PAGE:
A Great Place to Live in a Simple Way

People / Places / October 15, 2013

Architect Margi Northard of Glavovic Studio in Fort Lauderdale says she finds inspiration in Paul Rudolph’s work.

At her Kennedy Homes affordable housing project in Broward County, that master’s influence is readily apparent – as is Northard’s ability to work with light, landscape and the environment.

“In 10 years of working here, I’ve been trying to capture the natural light and beauty of Florida, and make it more integrated with the landscape into the work,” the native of South Africa says.

Kennedy Homes is an adaptive re-use project of sorts. It’s built on the site of a former eight-acre public housing project where the Fort Lauderdale Housing Authority and the Carlyle Group salvaged three 1940s structures for use as community centers.

Glavovic Studio then designed eight multi-family pinwheel-shaped structures for low to very low income families and senior citizens. “There are 40 one-bedroom units, 83 two-bedrooms and three three-bedroom units,” she says. “Depending on their income, the tenants get different rates, but it’s all public housing.”

This is public housing that marches to the beat of a different drummer, however. Northard’s intent was to connect tenants architecturally to the city nearby, and then experientially to the environment around them. Cross-ventilation is available in every unit, so that tenants who can’t afford air conditioning don’t have to use it.

She worked around the existing landscape too, then built with modular concrete blocks, painted white in the local vernacular, and emphasized balconies and overhangs with pops of bright colors. “There’s a varied texture in the block,” she says.  “We worked with natural light and shade and shadows to create texture and tone.”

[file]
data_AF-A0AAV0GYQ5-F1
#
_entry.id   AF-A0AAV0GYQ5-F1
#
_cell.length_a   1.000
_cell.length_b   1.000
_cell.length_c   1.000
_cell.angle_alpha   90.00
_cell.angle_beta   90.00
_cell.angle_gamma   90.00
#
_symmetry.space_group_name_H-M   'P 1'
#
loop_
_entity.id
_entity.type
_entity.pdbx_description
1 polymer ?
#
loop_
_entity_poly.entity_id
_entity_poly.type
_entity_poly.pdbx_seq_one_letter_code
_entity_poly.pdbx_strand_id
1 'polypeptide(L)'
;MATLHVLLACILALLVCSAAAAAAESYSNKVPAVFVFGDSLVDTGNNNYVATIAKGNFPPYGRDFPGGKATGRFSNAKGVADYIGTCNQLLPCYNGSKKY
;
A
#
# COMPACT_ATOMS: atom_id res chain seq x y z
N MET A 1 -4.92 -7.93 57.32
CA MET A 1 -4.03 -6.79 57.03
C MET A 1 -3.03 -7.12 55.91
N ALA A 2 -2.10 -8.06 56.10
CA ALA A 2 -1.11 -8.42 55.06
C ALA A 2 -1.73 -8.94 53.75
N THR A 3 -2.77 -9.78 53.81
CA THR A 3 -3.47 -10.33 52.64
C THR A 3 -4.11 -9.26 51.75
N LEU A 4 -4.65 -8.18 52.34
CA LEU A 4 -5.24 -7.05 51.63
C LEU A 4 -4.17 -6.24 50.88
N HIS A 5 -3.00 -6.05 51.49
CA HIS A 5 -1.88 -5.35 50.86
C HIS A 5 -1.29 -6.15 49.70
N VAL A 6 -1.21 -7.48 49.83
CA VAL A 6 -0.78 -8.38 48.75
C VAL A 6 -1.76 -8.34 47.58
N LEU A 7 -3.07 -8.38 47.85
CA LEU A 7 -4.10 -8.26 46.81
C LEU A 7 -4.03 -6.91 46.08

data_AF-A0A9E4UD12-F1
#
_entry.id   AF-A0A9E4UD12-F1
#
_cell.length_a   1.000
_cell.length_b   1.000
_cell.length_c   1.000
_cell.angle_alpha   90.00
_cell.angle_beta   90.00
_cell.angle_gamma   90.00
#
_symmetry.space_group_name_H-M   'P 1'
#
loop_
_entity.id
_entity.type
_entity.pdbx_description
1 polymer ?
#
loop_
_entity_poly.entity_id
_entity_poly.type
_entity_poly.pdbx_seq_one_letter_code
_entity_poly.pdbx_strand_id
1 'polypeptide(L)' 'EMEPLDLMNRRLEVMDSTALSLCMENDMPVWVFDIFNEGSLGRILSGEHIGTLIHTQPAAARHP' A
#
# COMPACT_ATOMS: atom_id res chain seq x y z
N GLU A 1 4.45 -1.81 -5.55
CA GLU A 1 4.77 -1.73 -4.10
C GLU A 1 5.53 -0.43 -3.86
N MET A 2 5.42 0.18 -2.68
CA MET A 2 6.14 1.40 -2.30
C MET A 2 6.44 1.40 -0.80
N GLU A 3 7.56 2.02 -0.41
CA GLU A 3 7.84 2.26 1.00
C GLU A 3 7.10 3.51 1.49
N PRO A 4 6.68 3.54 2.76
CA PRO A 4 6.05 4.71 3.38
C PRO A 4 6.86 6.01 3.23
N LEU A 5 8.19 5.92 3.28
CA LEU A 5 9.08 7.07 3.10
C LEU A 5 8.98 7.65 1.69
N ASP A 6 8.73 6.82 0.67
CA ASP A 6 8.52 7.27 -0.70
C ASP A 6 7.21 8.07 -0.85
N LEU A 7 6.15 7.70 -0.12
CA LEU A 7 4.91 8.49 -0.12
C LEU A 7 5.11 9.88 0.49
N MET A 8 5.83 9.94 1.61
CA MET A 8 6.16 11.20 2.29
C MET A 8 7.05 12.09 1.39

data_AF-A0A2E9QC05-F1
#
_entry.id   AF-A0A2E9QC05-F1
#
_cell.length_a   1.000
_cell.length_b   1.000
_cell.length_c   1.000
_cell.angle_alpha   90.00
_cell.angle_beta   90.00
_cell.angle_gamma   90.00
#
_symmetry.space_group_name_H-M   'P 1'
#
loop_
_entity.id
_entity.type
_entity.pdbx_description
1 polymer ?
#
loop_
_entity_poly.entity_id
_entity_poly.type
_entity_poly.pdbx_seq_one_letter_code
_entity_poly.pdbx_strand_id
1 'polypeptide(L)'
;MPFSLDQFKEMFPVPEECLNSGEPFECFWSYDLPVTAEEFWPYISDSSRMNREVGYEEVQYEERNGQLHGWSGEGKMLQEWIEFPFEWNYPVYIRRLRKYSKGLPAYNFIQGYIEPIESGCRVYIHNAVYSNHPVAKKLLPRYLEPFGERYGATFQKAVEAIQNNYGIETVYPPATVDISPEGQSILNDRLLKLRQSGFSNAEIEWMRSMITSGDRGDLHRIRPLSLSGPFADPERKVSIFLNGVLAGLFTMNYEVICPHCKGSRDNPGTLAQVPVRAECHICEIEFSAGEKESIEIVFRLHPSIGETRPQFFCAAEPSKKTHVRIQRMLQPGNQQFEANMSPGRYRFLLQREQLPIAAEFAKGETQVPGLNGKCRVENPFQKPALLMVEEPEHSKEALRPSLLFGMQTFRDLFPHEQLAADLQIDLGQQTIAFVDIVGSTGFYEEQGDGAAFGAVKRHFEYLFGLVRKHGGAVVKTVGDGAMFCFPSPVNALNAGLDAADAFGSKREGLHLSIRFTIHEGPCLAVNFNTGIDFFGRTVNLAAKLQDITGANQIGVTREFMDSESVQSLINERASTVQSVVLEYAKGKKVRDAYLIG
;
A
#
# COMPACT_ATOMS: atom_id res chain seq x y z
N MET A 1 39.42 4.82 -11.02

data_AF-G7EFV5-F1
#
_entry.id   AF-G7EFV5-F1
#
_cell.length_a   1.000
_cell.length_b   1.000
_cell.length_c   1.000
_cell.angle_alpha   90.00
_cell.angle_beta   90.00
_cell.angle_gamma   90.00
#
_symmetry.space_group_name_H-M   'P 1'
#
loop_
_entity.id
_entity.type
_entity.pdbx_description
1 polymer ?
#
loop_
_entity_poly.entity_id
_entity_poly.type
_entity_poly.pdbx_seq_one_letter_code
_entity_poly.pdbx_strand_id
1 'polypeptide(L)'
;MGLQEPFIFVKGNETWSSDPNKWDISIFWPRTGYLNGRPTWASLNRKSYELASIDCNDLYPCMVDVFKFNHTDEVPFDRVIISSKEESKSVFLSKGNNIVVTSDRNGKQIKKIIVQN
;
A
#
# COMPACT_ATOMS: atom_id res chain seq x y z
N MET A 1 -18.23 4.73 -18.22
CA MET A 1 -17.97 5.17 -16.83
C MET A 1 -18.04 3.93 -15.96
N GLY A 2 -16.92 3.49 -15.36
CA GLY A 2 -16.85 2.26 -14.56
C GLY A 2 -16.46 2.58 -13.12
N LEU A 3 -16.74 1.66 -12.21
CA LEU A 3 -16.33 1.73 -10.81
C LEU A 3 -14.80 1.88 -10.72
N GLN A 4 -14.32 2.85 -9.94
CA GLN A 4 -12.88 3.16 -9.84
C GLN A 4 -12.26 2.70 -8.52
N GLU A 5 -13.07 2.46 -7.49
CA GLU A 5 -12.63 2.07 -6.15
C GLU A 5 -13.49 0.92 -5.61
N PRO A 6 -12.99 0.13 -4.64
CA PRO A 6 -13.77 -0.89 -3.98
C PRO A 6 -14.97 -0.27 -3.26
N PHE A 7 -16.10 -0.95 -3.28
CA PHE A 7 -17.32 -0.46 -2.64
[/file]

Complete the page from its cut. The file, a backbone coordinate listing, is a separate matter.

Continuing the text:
Existing live oaks and limbo gumbo trees were left on site, while fruit trees were photographed, then blown up into four-foot by eight-foot panels and mounted near entries. “It’s a signifier of being in the community,” she says.

To raise the collective consciousness about the value of art, design and the environment, artists’ lectures were organized. Tenants spoke up freely about their new homes.

“They say that to live somewhere so beautiful has changed their lives in ways they never imagined,” she says. “One man talked about how living here has made him feel that he has a future. It was pretty intense – I got goose bumps.”

A community garden is now in the planning stages, so she’s still re-imagining this space that’s defined not just by downtown but also by I-95 and the 70,000 cars that zip by daily.

“It’s a great place to live in a very simple way,” she says.

And with construction costs of just $92 per square foot, it’s a win/win situation and an urban oasis for a lucky few.

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Michael Welton
I write about architecture, art, and design for national and international publications. I am the author of "Drawing from Practice: Architects and the Meaning of Freehand" (Routledge, 2015), and the former architecture critic for the News & Observer in Raleigh, N.C.




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